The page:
Did You Know the West African Nation of Guinea Was Declared Independent on This Day?

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This Day In History: October 2nd

The West African nation of Guinea is home to a population of more than 10 million people and is full of natural resources such as gold, diamonds and oil. The former French colony declared its independence on October 2, 1958, and opted for complete independence rather than entry into the French West African Community

Prior to colonization, the nation was controlled by native groups including the Susu and Nalu. The towns and villages of Upper Guinea were eventually incorporated into the Mali Empire and west-central Guinea became subject to Fulani rule. By the 15th century, the Portuguese began arriving in the region and established a route on the slave trade that lasted until the 18th century. 

By 1881, Guinea was under French protection and became part of the federation of French West African colonies in 1895. The nation received its present-day boundaries after treaties signed by Liberia and Great Britain during World War I. However, more than 75 years after falling under French control, Guinea decided against entry into the French West African Community. 

Guinea was the only West African colony of the French to vote against membership in 1958 which led to its independence on Oct. 2. The Guineans were under the influence of Sékou Touré, who served as the country’s first president. Touré was an organizer who became active in politics in the mid-1940s and helped to form the African Democratic Rally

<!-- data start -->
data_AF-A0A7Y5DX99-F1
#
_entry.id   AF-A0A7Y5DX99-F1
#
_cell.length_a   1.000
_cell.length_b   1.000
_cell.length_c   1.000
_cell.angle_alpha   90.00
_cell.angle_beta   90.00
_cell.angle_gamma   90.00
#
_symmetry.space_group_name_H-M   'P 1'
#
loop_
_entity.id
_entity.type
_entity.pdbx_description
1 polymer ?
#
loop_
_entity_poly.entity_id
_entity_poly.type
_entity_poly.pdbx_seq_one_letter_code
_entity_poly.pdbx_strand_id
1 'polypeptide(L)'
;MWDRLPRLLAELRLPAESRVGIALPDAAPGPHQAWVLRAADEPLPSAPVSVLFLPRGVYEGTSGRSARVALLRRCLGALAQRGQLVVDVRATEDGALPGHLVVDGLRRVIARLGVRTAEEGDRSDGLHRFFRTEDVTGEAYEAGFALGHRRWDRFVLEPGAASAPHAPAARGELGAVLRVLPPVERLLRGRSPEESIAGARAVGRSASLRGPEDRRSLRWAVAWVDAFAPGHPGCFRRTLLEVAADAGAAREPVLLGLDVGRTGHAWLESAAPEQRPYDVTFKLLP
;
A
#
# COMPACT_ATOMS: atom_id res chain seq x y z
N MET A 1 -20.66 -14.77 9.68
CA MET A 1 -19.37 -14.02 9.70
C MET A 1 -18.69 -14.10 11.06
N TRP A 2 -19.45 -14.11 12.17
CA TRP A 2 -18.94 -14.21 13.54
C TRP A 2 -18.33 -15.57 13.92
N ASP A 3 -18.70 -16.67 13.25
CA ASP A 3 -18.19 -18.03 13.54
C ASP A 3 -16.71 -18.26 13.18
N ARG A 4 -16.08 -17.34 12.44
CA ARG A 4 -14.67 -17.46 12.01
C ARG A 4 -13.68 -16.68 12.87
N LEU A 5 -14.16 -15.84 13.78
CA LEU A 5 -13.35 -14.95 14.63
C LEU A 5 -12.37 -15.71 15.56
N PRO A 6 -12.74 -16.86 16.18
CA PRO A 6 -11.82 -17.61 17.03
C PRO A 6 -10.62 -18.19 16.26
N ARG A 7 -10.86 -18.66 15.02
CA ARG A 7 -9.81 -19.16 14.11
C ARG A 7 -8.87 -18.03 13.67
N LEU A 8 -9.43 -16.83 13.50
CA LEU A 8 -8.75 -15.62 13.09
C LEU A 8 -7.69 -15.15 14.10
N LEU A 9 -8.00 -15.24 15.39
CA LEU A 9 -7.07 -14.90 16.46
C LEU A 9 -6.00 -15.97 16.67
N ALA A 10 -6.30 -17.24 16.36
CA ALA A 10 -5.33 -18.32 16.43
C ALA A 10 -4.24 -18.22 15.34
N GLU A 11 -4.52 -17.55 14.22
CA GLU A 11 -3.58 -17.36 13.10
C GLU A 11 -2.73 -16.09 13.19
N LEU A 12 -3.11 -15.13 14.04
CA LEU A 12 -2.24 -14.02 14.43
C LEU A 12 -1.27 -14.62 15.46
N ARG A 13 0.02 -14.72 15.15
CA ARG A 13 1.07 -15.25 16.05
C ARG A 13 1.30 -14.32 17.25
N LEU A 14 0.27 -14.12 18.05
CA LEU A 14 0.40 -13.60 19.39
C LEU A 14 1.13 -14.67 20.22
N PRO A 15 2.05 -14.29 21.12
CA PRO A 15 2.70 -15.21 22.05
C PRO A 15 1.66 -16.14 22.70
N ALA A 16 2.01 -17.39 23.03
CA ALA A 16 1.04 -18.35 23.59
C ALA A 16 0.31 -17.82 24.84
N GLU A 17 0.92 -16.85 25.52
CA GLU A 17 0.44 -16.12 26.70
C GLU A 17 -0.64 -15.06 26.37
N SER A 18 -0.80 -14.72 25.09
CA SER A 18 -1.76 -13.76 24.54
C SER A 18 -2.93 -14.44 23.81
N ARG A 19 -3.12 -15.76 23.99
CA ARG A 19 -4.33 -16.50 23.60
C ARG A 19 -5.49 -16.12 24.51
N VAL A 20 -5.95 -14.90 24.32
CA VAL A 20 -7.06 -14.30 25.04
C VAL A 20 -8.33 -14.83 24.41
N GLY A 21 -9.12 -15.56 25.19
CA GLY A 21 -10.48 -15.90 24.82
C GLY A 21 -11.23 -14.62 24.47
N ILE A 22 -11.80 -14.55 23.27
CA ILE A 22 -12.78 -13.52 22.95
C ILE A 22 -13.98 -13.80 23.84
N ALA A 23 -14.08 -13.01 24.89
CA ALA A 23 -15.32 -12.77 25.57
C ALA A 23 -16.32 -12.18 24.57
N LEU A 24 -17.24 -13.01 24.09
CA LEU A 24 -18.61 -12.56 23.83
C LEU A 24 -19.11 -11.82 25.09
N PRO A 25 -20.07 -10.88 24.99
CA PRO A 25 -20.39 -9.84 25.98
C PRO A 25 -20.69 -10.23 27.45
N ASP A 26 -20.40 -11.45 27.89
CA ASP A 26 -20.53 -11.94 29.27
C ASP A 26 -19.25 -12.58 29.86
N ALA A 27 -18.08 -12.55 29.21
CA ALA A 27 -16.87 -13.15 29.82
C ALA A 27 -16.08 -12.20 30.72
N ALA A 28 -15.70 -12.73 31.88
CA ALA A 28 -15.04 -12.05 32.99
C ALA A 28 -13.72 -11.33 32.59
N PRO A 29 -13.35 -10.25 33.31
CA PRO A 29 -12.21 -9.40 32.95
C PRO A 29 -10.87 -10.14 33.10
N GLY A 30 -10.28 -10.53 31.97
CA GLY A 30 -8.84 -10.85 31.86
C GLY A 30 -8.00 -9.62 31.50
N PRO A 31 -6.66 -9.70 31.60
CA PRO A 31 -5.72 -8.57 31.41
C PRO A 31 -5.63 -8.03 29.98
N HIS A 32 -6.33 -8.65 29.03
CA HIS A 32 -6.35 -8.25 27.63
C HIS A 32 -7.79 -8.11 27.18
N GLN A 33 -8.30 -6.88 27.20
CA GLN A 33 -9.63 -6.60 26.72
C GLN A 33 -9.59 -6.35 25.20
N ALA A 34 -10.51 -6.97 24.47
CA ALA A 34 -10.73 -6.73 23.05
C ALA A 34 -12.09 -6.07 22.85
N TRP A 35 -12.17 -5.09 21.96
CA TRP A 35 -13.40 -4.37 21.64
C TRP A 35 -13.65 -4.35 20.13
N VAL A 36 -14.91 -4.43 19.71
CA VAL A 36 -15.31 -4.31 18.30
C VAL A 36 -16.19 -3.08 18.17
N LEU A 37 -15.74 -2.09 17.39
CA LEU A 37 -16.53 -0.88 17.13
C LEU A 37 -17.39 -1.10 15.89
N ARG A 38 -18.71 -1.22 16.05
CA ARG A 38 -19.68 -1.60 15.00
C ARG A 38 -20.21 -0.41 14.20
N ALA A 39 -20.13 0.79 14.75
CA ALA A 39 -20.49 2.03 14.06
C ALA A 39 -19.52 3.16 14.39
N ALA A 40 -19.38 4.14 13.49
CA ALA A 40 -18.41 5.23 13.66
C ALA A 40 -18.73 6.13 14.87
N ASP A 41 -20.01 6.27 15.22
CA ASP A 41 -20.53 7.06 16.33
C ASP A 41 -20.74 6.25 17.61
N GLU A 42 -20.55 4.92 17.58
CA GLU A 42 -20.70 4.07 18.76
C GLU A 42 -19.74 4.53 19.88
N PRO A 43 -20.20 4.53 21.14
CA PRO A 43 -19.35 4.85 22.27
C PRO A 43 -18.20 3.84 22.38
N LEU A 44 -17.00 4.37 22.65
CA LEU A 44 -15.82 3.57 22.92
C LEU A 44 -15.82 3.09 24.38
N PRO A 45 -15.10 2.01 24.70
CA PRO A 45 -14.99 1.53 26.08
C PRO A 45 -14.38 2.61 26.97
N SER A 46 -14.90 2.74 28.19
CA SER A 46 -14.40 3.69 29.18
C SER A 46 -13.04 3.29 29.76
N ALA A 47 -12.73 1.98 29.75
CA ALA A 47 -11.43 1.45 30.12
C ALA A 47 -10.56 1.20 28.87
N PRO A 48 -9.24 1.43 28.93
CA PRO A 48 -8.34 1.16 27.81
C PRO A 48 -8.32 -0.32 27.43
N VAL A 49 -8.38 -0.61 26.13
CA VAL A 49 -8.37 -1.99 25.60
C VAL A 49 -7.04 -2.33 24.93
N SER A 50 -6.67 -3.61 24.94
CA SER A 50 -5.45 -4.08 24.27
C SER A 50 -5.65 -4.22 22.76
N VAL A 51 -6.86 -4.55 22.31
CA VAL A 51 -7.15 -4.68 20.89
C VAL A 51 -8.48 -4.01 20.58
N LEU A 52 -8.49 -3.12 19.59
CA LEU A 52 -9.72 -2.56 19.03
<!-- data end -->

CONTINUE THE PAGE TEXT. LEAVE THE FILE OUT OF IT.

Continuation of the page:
He was well-spoken and even elected to be a Guinean representative to the French National Assembly. Although he was elected to the Assembly, he was continuously blocked from participation until 1955. Despite attempts to stop Touré from being active in the French National Assembly, he was elected mayor of Conakry in 1955 and by the end of 1957, he became vice president of the Executive Council of Guinea. 

After the rejection, France withdrew all aid from the newly independent nation which left Touré responsible for finding other sources of capital. Touré remained in power until his death in 1984. Political and economic uncertainty were re-occurrences in the years after independence. Guinea held its first democratic election in 2010, but unfortunately, that has not had a major impact on stopping conflict and coups from taking place.  

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